Transportation is always the big challenge for Canada’s northern communities. Reliance on winter roads when the water routes are filled with ice offers a limited and expensive means of shipping goods and materials in and out of these remote Canadian communities.
And establishing a recycling program up north similar to southern Canada is a challenge.
However, it can be done. Ron Benson, Executive Director, MARRC, reports on a novel solution. Shipping used oil out of the north is costly. “The solution we came up with for a pilot project in St. Theresa Point, in north-eastern Manitoba is ingenious. Instead of collecting and shipping the used oil, collect it and use it as heating fuel in the Municipal Fire Station.”
St. Theresa Point Municipal Fire Hall – Solomon Mason, Program Manager (left) and Ron Benson, Executive Director, MARRC (right)
Poster promoting recycling initiative in St. Theresa Point.
The idea arose when MARRC hosted meetings through Manitoba Conservation with various Producer Responsible Organizations (PROs). The issue at hand was to assist with the recycling of used oil products, derelict cars, tires, batteries, electronics, MMSM products, etc.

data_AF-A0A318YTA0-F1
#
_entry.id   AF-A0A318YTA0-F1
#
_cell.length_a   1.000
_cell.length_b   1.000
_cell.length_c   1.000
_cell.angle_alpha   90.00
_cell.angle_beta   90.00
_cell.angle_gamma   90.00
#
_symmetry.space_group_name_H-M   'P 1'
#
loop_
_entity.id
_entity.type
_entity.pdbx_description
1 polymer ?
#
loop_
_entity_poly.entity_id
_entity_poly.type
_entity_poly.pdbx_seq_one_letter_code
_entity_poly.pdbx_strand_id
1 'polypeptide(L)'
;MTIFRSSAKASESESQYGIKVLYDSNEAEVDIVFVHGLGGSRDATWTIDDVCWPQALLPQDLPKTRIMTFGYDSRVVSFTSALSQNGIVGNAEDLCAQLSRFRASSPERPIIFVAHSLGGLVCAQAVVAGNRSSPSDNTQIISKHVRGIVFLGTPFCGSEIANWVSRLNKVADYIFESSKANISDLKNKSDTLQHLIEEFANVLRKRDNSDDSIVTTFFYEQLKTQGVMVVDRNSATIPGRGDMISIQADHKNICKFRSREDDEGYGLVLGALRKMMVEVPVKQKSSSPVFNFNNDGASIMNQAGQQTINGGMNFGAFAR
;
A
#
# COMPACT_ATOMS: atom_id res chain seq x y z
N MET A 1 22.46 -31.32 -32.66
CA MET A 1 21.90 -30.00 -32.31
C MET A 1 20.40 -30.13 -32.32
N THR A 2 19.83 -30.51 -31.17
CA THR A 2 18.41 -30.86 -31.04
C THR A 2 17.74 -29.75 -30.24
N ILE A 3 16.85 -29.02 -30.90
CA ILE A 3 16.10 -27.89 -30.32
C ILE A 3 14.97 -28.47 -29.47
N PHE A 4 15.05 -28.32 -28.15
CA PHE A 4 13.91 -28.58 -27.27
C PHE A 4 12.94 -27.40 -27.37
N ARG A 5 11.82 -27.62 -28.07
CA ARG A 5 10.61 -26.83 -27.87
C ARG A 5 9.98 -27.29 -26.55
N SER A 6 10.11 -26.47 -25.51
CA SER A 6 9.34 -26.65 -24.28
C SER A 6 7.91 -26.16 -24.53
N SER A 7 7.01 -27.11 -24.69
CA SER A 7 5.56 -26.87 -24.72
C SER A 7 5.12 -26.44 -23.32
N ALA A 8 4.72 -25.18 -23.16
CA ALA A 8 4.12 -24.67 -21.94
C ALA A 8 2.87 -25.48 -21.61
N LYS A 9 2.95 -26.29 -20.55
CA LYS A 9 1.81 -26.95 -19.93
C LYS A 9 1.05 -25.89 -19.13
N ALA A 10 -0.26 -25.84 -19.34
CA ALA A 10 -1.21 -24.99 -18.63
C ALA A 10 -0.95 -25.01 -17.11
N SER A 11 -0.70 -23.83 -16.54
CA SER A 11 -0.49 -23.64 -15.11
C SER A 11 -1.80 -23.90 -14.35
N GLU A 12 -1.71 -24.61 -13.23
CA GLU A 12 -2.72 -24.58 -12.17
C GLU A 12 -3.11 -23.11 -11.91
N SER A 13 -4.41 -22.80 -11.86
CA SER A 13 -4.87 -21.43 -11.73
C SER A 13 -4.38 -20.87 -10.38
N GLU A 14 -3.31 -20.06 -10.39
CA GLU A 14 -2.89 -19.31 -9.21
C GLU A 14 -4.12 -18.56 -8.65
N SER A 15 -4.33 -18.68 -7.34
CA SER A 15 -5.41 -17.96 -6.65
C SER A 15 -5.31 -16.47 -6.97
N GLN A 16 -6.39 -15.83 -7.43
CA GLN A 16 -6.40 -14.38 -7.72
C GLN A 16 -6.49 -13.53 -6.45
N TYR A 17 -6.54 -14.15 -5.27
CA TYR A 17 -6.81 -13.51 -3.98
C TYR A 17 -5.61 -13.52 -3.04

Using St. Theresa Point as the Pilot Project, MARRC facilitated the licensing, purchasing, transporting and installation of a used oil burner and storage unit for the community. Now installed in the Municipal Fire Station, the burner, fuelled by used oil collected in the area, heats the building in winter assuring that emergency and maintenance vehicles are housed in a warm environment and ready to respond quickly.
Quebec, too, has far-flung communities in the north accessible only by water or air. But their recycling needs remain the same as the south.
Partnering with four other EPR organizations and the Kativik Regional Government, SOGHU participated in a unique recycling pilot project from September 29 to October 7, 2015.
It began in the Port of Montreal. Approved collection equipment to be used by three northern Quebec communities was loaded on a ship. Then followed a two to three week voyage with the ship stopping and off-loading the equipment in Salluit, Kuujjuaq and Kuujjuaraapik.
Local people along with specialized technicians supplied by the Partners supervised the collection, sorting and readying of the recycled products for shipment back to Montreal.
The partners and products were:
- SOGHU – oils, glycol and containers, filters
- Call2recycle – batteries
- Recycfluo – mercury-containing light bulbs and fluorescent tubes
- Eco-peinture – leftover paint
- EPRA – used electronics.
The SOGHU collection numbers were over 14,000 litres of used oil; over 1,000 litres of glycol plus hundreds of used filters and plastic containers.
“For a pilot project, we consider this a success,“ notes Gilles Goddard, Directeur general, SOGHU. “And there is a good possibility the program will be repeated this year in three more communities in the region.”